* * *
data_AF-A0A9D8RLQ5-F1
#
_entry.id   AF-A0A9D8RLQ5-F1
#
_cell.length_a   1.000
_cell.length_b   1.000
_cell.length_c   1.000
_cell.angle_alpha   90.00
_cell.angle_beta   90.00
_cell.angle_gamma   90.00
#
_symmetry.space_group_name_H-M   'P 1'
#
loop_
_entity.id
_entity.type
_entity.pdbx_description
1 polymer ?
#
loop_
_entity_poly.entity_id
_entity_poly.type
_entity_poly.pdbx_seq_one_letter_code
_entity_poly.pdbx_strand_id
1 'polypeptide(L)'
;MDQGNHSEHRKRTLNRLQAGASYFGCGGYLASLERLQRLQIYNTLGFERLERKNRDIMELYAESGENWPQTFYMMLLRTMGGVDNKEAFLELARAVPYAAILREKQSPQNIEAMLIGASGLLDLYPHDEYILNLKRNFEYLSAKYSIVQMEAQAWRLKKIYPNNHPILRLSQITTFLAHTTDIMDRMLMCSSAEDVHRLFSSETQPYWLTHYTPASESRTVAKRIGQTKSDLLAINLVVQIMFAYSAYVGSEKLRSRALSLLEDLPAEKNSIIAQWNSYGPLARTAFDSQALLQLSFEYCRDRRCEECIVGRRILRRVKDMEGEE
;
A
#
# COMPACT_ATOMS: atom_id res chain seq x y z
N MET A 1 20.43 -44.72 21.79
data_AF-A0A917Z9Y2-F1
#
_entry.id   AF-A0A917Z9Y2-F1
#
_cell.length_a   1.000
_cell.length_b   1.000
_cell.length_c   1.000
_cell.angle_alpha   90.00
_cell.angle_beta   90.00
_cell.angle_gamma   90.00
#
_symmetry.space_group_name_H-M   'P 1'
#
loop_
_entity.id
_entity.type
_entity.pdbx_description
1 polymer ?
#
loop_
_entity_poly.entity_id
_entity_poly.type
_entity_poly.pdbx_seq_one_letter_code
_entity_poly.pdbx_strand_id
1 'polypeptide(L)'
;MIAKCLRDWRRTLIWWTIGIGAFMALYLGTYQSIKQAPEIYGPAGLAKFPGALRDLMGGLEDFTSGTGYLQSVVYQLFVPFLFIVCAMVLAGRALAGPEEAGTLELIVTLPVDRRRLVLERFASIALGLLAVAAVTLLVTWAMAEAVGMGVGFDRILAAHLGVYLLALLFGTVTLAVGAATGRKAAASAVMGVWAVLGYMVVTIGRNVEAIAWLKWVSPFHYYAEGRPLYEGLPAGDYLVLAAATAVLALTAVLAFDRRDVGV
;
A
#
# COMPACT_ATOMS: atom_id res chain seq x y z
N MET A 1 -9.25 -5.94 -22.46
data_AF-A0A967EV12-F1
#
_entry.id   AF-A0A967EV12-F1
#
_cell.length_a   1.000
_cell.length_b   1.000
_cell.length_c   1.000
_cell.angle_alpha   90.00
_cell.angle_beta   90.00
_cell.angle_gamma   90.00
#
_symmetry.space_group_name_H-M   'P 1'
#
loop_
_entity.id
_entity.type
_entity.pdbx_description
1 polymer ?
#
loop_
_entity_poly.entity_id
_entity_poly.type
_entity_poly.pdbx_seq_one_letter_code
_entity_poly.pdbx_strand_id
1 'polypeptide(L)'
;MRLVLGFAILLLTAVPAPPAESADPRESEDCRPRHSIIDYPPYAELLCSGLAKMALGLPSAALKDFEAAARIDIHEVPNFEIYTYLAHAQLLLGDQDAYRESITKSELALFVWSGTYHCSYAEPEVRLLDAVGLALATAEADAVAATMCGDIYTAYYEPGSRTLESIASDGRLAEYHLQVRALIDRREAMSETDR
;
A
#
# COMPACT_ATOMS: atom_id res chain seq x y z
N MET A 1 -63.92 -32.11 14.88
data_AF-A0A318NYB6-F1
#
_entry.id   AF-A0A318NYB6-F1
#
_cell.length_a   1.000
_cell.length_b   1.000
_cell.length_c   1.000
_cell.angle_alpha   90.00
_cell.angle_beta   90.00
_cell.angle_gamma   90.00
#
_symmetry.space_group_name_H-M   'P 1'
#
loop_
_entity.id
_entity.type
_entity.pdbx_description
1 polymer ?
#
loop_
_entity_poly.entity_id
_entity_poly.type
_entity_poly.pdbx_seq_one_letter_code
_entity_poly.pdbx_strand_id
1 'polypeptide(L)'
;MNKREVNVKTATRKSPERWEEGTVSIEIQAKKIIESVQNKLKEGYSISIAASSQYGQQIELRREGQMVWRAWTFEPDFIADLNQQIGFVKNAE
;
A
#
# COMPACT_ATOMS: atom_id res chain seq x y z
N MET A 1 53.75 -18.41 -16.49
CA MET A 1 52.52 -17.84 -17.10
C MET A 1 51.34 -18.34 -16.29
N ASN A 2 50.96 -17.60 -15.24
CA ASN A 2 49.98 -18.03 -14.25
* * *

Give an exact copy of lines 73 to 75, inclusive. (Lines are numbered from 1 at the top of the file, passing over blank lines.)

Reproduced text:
#
_symmetry.space_group_name_H-M   'P 1'
#